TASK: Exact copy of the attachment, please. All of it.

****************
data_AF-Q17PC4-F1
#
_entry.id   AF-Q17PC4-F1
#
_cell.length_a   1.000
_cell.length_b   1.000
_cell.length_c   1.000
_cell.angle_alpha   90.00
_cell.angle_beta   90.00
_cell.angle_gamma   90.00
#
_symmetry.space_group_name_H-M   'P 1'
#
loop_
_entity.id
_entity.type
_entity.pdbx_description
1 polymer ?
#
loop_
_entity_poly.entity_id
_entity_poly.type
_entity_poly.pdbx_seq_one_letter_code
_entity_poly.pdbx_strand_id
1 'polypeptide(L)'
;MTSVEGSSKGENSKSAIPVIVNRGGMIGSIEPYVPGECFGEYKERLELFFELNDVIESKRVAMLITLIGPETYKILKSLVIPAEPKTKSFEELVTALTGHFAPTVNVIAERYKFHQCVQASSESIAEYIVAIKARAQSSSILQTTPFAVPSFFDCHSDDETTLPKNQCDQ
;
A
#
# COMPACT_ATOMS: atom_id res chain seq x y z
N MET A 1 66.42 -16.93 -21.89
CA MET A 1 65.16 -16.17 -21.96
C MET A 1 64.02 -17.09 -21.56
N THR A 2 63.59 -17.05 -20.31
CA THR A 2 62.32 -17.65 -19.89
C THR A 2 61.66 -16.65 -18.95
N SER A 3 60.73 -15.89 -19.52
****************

data_AF-Q17PC4-F1
#
_entry.id   AF-Q17PC4-F1
#
_cell.length_a   1.000
_cell.length_b   1.000
_cell.length_c   1.000
_cell.angle_alpha   90.00
_cell.angle_beta   90.00
_cell.angle_gamma   90.00
#
_symmetry.space_group_name_H-M   'P 1'
#
loop_
_entity.id
_entity.type
_entity.pdbx_description
1 polymer ?
#
loop_
_entity_poly.entity_id
_entity_poly.type
_entity_poly.pdbx_seq_one_letter_code
_entity_poly.pdbx_strand_id
1 'polypeptide(L)'
;MTSVEGSSKGENSKSAIPVIVNRGGMIGSIEPYVPGECFGEYKERLELFFELNDVIESKRVAMLITLIGPETYKILKSLVIPAEPKTKSFEELVTALTGHFAPTVNVIAERYKFHQCVQASSESIAEYIVAIKARAQSSSILQTTPFAVPSFFDCHSDDETTLPKNQCDQ
;
A
#
# COMPACT_ATOMS: atom_id res chain seq x y z
N MET A 1 66.42 -16.93 -21.89
CA MET A 1 65.16 -16.17 -21.96
C MET A 1 64.02 -17.09 -21.56
N THR A 2 63.59 -17.05 -20.31
CA THR A 2 62.32 -17.65 -19.89
C THR A 2 61.66 -16.65 -18.95
N SER A 3 60.73 -15.89 -19.52